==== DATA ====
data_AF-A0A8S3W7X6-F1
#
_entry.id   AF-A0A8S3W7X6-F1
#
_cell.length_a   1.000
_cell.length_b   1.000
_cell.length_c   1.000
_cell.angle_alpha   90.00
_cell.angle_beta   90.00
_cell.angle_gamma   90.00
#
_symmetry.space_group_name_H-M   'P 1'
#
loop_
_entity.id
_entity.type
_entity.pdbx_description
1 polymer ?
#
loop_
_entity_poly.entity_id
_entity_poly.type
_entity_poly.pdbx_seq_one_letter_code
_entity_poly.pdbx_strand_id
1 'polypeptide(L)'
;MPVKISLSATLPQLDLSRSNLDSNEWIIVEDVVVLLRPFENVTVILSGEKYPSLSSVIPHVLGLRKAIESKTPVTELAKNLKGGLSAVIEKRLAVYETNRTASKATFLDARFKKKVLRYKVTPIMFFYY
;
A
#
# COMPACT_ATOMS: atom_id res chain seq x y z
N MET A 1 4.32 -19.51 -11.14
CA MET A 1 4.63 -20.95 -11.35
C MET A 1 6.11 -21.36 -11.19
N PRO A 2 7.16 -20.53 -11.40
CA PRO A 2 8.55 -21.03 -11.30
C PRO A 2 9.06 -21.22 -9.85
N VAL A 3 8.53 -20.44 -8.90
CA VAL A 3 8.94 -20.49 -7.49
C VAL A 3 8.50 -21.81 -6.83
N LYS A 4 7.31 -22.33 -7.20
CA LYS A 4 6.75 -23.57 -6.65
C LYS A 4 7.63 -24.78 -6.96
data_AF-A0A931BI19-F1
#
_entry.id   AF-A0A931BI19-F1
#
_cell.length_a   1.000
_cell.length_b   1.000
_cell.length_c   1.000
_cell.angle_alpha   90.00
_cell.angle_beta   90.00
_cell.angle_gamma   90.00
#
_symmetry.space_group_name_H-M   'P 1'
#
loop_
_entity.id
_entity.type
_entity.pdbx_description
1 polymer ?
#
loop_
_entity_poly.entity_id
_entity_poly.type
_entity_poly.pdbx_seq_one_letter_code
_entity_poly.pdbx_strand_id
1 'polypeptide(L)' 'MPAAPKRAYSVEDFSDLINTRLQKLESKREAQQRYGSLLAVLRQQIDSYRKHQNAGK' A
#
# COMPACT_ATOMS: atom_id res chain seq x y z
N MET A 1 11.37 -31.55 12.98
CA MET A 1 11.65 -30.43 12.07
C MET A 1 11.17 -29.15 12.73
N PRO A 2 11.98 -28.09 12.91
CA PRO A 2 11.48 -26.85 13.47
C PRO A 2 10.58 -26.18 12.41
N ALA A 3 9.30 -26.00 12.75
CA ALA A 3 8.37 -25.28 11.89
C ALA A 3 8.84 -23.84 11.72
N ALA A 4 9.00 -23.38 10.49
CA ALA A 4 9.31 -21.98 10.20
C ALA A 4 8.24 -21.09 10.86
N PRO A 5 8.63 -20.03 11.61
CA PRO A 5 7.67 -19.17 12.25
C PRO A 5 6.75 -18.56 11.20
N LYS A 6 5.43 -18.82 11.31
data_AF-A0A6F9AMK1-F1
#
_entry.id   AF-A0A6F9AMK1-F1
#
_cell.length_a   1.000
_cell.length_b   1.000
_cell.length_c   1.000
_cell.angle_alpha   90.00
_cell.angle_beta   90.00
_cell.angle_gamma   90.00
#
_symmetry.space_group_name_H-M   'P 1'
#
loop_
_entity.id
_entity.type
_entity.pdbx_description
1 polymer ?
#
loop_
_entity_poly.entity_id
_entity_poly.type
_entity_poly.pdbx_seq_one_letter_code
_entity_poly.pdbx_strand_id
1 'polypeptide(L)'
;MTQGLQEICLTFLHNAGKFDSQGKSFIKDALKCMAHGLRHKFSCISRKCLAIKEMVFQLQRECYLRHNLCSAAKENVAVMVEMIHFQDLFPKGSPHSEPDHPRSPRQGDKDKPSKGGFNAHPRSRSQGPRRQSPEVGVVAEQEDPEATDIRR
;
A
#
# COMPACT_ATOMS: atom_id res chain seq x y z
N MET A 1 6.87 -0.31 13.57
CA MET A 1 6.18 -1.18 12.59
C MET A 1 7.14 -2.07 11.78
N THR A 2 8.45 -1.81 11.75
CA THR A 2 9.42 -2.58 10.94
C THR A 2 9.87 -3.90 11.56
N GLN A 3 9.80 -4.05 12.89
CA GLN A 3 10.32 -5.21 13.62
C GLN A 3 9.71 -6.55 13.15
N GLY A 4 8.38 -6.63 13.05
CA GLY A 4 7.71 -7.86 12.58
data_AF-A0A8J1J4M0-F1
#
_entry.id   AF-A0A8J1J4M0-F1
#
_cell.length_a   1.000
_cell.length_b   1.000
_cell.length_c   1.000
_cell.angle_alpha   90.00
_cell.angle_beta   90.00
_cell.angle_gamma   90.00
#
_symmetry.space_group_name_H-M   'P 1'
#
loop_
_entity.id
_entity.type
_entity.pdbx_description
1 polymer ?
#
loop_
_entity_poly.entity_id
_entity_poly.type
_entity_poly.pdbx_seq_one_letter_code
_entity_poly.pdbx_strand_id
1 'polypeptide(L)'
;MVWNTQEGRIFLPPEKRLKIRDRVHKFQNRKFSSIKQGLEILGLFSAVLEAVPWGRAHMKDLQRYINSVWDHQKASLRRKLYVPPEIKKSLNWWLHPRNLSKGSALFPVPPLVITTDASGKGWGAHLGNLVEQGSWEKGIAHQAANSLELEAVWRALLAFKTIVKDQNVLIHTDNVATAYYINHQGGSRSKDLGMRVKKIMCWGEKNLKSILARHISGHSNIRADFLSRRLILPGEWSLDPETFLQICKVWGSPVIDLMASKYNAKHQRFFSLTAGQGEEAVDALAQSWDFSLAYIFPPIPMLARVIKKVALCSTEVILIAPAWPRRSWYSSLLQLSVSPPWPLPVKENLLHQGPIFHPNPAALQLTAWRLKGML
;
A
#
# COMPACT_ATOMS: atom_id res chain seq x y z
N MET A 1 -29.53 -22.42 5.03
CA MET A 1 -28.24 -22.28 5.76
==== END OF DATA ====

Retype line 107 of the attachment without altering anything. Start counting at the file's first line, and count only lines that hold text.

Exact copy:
_entity_poly.type